Understanding where your business stands financially is crucial for long-term success. A balance sheet acts as a snapshot of your venture’s financial health at a specific point in time. But what should your business’s balance sheet look like?
Let’s demystify these accounting questions and walk through the essentials of a healthy balance sheet. This financial know-how can pave the way for success, both now and in the future.
Components of a Balance Sheet
Every business owner should be familiar with basic accounting terms, especially when it comes to balance sheets. Each element of this financial snapshot contributes to the larger picture.
Your assets represent everything your business currently owns, including cash in hand, inventory ready for sale, investments, property, and even intangibles like patents or trademarks.
What does your business owe to others? Think short-term debts, accrued expenses, or long-term obligations like bank loans or mortgages.
Subtract your liabilities from your assets to calculate your company’s equity. Theoretically, this is what you’d receive if all your assets were sold and your debts completely paid off.
Ideal Balance Sheet Structure
Paint a picture of financial stability and growth by setting up your balance sheet with a solid structure.
Your business should show a healthy mix of both current and non-current assets. Current assets are those that your business can easily convert to cash within a year, while non-current assets are long-term investments that can’t be liquidated as easily.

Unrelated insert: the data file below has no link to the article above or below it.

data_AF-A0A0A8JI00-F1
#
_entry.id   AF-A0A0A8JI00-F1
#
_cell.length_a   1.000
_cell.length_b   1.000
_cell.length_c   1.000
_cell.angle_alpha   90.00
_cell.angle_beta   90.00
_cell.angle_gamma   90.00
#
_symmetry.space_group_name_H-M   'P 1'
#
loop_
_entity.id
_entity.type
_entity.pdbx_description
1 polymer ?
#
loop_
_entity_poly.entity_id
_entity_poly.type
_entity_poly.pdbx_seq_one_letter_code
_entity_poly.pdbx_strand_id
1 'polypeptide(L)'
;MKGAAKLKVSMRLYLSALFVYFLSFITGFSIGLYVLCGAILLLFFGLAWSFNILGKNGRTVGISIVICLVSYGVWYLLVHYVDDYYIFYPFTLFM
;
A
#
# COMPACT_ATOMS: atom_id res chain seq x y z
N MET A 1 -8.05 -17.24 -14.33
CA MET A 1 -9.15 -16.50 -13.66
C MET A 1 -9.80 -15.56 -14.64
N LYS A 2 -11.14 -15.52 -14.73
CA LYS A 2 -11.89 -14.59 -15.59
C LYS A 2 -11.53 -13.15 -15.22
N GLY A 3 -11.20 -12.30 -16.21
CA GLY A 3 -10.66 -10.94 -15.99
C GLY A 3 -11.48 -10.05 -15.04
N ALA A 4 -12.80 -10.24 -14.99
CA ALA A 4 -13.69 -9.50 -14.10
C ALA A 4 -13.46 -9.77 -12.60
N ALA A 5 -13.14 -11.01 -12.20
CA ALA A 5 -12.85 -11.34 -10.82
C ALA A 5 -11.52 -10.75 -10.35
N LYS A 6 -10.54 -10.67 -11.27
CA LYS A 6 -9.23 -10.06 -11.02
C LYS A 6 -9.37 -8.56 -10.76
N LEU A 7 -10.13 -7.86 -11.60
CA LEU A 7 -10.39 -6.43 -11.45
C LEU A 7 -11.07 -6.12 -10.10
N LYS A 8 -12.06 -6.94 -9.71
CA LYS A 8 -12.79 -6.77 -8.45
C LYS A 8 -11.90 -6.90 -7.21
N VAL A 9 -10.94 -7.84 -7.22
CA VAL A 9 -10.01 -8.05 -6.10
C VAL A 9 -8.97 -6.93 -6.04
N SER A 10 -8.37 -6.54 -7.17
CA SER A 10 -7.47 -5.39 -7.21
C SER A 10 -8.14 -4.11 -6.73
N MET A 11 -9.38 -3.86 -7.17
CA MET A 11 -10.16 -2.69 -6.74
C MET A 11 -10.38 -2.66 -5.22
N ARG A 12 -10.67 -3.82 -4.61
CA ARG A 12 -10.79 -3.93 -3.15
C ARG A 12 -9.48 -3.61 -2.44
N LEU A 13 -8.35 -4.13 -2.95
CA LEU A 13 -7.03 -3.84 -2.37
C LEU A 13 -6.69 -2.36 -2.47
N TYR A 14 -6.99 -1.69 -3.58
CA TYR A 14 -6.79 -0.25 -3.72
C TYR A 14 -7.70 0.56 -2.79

Balance your current and non-current liabilities while you’re at it. Current liabilities are debts due within a short time; non-current liabilities are more long-term obligations like loans and leases. Keep both types of liabilities low, if possible, to lighten your debt burden.
Ideally, your equity should grow over time. Increasing equity indicates that your business is turning a profit and providing a return on investment for you, the owner.
Key Indicators of a Healthy Balance Sheet
Carefully review your balance sheets to determine the health of your business, and look for the following:
Divide your current assets by your current liabilities for your current ratio. A ratio of 1 or higher indicates that your company has enough assets to cover its short-term debts.
Debt to Equity Ratio
Compare your company’s total debts to your equity. A lower ratio suggests that your company doesn’t rely too heavily on borrowed money and is generally considered healthier.
Retained Earnings Growth
Your retained earnings are profits you choose to reinvest in the company rather than distribute to shareholders. If this figure increases over time, it shows not only profitability, but a commitment to future growth.
Your business’s balance sheet is a compass that can guide you toward smart decisions and strategies, but what should it look like? Each sheet should reflect what you own and what you owe, providing insights into your venture’s financial health and future prospects.